“You set up an experiment to test the theory, and most of the time it’s not the way you thought it would be. But that’s the way you learn. You go from hypothesis to hypothesis. And it’s exciting because that’s the way we learn to treat, to diagnose, and to prevent illness.”
Lewis L. Coriell, MD, PhD
Virologist and Pediatrician
June 19, 1911 – June 19, 2001
Lewis L. Coriell was born in the farming community of Sciotoville, in southern Ohio. While he was still a young child, his family moved to Montana toward more promising agricultural opportunities. It has been written that “the aspects of character, personality, temperament, and intellect that marked Dr. Coriell’s exceptional professional life… can easily be traced to his Montana upbringing.”i
Education and Early Career
Beginning his academic journey at the University of Montana, Lewis Coriell completed undergraduate studies in biology and subsequently earned a master’s degree in bacteriology and immunology in 1936. That same year, he married fellow student Ester Lentz; they would remain by each other’s side for the next 60 years. The newlyweds moved to the University of Kansas so he could pursue doctoral studies in immunology. While there, Dr. Coriell published his first article on an aspect of science he would revolutionize: The storage of cells by freezing them. Lewis Coriell earned his doctorate in 1940 and was awarded his medical degree in 1942. The young researcher was drawn to the field of virology – the study of viruses as they evolve and infect. At this time, bacterial infections presented themselves most often in children. This combination led Dr. Coriell to seek out a residency in pediatrics. As none were immediately available, he chose a cardiology residency at Henry Ford Hospital in Detroit. MI. As it happens, the Coriells’ time in Detroit was brief.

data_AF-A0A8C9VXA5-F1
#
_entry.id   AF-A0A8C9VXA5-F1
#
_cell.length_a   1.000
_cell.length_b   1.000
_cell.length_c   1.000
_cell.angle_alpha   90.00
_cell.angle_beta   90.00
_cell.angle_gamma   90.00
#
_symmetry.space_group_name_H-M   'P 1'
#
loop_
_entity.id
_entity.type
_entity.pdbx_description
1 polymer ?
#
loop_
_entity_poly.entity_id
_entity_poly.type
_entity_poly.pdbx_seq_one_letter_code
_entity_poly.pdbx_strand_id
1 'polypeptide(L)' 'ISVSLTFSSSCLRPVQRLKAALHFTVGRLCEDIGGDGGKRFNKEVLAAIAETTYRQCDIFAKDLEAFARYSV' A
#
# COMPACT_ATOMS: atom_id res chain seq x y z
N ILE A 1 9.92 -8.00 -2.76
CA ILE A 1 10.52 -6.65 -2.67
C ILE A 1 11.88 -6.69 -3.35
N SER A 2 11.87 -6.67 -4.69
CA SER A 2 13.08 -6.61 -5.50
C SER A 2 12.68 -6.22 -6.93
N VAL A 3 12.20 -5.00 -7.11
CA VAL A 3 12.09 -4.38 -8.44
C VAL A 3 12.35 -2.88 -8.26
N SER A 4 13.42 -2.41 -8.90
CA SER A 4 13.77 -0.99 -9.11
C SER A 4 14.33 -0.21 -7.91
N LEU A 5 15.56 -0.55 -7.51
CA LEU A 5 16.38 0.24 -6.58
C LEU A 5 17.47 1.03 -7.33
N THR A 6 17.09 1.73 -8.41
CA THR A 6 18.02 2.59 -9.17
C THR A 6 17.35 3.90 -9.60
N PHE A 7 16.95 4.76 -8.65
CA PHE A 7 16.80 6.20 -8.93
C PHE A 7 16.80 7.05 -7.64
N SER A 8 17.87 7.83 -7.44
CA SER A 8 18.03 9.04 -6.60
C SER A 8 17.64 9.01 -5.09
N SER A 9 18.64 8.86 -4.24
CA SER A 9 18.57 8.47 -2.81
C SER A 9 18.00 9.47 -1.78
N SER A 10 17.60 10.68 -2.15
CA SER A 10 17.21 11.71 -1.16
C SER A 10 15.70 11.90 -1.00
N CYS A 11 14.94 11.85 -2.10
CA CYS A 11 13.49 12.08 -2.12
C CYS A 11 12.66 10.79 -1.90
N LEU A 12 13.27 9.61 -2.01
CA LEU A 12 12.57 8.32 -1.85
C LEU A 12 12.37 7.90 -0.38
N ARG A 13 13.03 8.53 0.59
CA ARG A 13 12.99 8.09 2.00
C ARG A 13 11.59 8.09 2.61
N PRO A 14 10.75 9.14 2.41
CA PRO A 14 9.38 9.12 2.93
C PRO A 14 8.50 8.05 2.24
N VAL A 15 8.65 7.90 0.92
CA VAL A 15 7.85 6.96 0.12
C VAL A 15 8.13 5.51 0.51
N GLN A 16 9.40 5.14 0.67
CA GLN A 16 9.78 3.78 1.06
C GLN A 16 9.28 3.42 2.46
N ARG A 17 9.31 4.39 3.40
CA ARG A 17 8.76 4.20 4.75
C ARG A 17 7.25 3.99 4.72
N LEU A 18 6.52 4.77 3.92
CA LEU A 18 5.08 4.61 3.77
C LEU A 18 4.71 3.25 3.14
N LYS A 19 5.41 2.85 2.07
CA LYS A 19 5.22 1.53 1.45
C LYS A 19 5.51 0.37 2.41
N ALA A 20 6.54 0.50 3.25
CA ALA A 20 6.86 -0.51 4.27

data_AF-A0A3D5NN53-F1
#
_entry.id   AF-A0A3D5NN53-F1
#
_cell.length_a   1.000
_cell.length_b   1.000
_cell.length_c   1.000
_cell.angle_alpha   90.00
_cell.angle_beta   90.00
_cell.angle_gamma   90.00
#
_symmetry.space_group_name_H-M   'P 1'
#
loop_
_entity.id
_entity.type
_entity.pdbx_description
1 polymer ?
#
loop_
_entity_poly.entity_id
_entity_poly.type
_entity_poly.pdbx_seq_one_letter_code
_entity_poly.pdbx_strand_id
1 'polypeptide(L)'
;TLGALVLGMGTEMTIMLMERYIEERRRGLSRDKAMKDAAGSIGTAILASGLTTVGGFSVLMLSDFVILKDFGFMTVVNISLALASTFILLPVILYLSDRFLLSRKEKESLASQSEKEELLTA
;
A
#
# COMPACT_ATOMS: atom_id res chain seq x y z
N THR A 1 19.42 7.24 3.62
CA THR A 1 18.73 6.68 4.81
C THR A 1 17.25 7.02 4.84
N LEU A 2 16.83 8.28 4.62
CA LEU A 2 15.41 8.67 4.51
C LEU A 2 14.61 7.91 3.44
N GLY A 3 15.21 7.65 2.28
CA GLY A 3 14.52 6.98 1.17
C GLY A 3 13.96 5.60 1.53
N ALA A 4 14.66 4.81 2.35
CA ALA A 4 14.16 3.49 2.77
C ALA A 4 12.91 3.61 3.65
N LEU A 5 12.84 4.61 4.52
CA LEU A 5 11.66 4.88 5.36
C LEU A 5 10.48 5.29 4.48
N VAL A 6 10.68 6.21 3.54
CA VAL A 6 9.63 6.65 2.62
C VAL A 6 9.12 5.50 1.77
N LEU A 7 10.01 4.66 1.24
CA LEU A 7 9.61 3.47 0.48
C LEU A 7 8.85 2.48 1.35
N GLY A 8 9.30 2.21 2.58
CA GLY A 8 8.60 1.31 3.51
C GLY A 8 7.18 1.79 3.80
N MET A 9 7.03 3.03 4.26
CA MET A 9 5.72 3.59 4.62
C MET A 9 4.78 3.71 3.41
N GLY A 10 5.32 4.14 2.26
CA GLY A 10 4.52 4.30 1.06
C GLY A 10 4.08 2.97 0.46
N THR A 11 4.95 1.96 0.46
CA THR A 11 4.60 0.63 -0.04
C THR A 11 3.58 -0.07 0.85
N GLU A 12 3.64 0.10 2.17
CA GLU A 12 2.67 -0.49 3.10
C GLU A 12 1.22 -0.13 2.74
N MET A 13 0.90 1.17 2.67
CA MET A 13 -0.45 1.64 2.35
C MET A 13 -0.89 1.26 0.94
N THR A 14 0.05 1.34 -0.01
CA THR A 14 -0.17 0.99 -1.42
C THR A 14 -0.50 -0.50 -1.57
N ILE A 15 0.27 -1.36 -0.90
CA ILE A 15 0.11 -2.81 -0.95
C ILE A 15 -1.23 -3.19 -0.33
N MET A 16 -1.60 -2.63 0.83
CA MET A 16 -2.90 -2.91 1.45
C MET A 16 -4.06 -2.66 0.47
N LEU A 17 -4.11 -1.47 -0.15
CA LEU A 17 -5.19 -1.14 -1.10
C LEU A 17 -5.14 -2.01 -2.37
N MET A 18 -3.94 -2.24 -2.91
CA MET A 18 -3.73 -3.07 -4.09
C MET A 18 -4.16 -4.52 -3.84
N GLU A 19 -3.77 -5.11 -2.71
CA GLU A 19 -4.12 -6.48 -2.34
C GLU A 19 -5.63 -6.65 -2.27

By 1943, World War II was raging and Dr. Coriell was called to service with the United States Army Medical Command’s Biological Research Division at Fort Detrick, MD. It was here that his research in cell cultivation began. After the war, Dr. Coriell began his ideal pediatric residency under Dr. Joseph Stokes, Jr., physician-in-chief at Children's Hospital of Philadelphia (CHOP). To his delight, Dr. Stokes placed great emphasis on research and was instrumental in attracting federal funds to research childhood disease at his institution. The ability to translate research into patient care inspired Dr. Coriell. He saw how research was essential to the treatment of his patients suffering the devastating effects of viruses like small pox, mumps, and polio.
Adventures in Cell Culture
By the time Dr. Coriell arrived in Philadelphia, virologists knew they had to grow viruses in cell culture to prepare purified viruses for the manufacture of vaccines. However, contamination was rife in the laboratory and proving to be a major obstacle. At CHOP, along with his colleagues, Dr. Coriell perfected the technique to culture human tissue in a sterile host that does not produce its own antibodies. The ability to sustain living human cells in culture, and keep them from being contaminated, led to a key breakthrough in polio research – it enabled scientists to grow the polio virus and work toward the first vaccine.
Moving to Camden and Taking on Polio
By the early 1950’s, an acute infectious disease called polio was spreading from person to person very quickly across the United States, striking fear into citizens, costing children their lives and crippling those who survived. In 1949, Dr. Coriell arrived in Camden, NJ, as medical director of Camden Municipal Hospital, one of the country’s last infectious disease hospitals and home to the majority of the region’s polio patients. In 1951, Dr. Coriell was appointed field director of the Polio Prevention Study and directed the successful gamma globulin field trials.